An Exercise in Wonder
The transcendence of God
God cannot be grasped by the mind. If he could be grasped, he would not be God.
One day some of the brethren came to see Abba Antony, and among them was Abba Joseph. Wishing to test them, the old man mentioned a text from Scripture, and starting with the youngest, he asked them what it meant. Each explained it as best he could. But to each one the old man said, "You have not yet found the answer."
Last of all, he said to Abba Joseph, "And what do you think the text means?" He replied, "I do not know." Then Abba Antony said, "Truly, Abba Joseph has found the way, for he said, 'I do not know.'"
Imagine a sheer, steep crag, with a projecting edge at the top. Now imagine what a person would probably feel if he put his foot on the edge of this precipice and, looking down into the chasm below, saw no solid footing nor anything to hold on to.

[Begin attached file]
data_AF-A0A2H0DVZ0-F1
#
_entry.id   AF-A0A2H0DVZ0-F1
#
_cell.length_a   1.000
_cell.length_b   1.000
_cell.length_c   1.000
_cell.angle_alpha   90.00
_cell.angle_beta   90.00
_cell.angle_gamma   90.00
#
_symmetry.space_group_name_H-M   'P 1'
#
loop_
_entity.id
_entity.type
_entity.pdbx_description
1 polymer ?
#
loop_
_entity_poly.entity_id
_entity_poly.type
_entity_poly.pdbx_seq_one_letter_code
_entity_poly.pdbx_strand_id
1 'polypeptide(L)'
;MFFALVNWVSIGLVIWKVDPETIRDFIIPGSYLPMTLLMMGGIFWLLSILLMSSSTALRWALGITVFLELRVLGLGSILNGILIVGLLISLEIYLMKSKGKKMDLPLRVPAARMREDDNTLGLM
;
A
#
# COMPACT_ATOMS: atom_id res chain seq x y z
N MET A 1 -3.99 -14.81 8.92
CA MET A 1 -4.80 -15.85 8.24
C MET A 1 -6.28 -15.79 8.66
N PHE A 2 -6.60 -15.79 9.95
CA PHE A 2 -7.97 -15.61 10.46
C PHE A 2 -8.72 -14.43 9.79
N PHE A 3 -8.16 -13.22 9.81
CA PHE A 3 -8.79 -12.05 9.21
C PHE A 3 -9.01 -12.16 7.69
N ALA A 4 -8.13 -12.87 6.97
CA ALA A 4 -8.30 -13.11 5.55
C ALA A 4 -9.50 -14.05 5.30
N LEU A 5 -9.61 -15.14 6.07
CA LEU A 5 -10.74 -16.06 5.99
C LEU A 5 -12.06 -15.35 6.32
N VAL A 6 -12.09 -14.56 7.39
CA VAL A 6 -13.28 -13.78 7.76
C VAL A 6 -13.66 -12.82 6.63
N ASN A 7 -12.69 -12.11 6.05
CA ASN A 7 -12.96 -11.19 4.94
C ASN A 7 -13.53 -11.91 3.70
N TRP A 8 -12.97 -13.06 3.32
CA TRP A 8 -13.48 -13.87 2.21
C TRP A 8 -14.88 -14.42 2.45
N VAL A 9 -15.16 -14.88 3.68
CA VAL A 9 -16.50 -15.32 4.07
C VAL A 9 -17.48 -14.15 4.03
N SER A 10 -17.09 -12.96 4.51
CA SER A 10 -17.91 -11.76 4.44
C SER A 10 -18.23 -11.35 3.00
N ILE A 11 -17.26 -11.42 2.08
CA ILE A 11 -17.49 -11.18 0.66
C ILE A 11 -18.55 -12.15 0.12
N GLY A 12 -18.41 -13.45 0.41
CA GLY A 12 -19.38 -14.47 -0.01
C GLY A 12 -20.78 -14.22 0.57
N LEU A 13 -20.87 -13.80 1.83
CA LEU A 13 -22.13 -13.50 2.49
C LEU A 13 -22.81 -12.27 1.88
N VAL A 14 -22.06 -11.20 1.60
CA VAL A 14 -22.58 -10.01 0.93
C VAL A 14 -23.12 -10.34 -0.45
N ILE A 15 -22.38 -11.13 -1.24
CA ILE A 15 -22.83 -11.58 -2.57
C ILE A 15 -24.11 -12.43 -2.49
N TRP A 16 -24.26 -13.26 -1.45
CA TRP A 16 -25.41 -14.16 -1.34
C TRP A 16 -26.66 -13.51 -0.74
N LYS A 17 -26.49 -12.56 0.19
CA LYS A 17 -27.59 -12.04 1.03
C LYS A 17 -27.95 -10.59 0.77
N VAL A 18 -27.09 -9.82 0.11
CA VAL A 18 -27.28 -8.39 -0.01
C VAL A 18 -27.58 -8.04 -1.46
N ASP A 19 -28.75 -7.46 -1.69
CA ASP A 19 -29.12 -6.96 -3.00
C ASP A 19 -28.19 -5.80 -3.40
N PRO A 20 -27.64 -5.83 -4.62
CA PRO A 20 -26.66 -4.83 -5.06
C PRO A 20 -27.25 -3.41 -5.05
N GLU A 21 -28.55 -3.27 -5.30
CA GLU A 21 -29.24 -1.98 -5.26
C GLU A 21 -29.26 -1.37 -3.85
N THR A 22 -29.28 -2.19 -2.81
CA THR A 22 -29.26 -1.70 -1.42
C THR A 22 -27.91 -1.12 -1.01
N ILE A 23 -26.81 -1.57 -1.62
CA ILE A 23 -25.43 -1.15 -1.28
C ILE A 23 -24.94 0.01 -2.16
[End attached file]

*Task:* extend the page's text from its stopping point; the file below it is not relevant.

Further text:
This is what I think the soul experiences when it goes beyond its footing in material things, in its quest for that which has no dimension and which exists from all eternity. For here there is nothing it can take hold of, neither place nor time, neither measure nor anything else; our minds cannot approach it.
And thus the soul, slipping at every point from what cannot be grasped, becomes dizzy and perplexed and returns once again to what is connatural to it, content now to know merely this about the Transcendent, that it is completely different from the nature of the things that the soul knows.
The mystery of the incarnation
God became man so that men might become gods.
He whom none may touch is seized;
He who looses Adam from the curse is bound.
He who tries the hearts and inner thoughts of man is unjustly brought to trial;
He who closed the abyss is shut in prison.
He who closed ...